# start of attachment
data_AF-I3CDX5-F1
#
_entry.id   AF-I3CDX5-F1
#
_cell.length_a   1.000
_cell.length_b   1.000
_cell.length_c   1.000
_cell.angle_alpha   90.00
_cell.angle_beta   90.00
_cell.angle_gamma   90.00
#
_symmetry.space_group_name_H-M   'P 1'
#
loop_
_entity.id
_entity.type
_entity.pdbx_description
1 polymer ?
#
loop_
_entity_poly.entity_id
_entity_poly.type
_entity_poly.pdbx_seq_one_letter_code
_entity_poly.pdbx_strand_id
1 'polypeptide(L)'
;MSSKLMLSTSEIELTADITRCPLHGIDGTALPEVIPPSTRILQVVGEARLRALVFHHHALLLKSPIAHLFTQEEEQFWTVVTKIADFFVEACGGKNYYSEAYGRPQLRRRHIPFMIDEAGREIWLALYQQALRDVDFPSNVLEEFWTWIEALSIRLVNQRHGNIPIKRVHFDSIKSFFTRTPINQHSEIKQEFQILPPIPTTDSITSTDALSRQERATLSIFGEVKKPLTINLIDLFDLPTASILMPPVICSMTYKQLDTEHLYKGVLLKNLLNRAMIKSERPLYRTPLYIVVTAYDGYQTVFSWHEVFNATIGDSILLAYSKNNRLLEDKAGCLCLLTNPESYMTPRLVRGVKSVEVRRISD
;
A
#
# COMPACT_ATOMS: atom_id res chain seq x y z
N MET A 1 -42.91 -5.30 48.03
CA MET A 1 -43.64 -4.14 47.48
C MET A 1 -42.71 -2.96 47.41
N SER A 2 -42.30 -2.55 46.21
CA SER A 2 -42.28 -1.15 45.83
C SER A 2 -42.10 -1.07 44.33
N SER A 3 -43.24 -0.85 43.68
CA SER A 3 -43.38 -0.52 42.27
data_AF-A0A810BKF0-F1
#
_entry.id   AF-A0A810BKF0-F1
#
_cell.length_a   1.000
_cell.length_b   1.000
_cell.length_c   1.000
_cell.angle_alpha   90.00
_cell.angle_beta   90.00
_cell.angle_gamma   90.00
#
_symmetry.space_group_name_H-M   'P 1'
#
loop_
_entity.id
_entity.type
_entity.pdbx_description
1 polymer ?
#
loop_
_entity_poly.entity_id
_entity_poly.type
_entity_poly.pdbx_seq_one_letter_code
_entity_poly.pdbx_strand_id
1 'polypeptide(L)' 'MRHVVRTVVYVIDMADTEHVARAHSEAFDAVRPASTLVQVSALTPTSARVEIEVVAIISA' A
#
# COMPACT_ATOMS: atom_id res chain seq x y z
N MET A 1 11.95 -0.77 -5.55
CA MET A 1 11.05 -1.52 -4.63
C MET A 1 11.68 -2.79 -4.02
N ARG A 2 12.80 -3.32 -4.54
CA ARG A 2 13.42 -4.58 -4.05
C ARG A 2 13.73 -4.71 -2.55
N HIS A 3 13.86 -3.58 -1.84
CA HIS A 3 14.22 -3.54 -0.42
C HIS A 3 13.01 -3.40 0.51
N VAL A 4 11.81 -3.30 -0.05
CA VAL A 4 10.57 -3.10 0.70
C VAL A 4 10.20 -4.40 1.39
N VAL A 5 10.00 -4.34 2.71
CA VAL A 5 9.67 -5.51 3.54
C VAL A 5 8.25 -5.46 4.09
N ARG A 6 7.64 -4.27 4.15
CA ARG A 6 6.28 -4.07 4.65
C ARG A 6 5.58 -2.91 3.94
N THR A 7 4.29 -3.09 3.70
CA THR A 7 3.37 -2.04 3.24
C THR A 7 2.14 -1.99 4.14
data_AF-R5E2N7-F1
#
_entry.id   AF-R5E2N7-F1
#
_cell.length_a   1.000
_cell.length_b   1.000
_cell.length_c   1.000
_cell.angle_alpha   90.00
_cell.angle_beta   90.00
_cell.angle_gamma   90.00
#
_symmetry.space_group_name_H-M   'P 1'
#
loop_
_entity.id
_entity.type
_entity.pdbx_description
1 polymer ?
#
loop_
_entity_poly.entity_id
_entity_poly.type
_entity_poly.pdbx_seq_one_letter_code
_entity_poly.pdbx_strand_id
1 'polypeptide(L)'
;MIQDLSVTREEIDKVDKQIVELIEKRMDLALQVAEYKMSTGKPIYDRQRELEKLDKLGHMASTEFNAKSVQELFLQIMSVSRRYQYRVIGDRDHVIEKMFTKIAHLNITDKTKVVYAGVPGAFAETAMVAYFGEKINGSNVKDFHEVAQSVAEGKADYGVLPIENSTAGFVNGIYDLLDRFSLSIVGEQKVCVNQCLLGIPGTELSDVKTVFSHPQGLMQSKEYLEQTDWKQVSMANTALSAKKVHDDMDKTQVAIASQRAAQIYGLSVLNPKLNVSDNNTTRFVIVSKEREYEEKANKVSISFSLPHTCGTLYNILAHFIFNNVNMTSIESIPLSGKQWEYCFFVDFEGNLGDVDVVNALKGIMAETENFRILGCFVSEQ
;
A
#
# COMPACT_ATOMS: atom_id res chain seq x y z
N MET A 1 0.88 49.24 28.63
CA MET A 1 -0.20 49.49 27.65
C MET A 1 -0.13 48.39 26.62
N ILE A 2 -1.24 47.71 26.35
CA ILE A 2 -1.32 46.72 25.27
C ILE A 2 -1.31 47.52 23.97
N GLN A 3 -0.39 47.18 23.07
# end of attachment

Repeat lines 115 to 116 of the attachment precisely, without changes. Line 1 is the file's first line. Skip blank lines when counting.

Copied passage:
#
# COMPACT_ATOMS: atom_id res chain seq x y z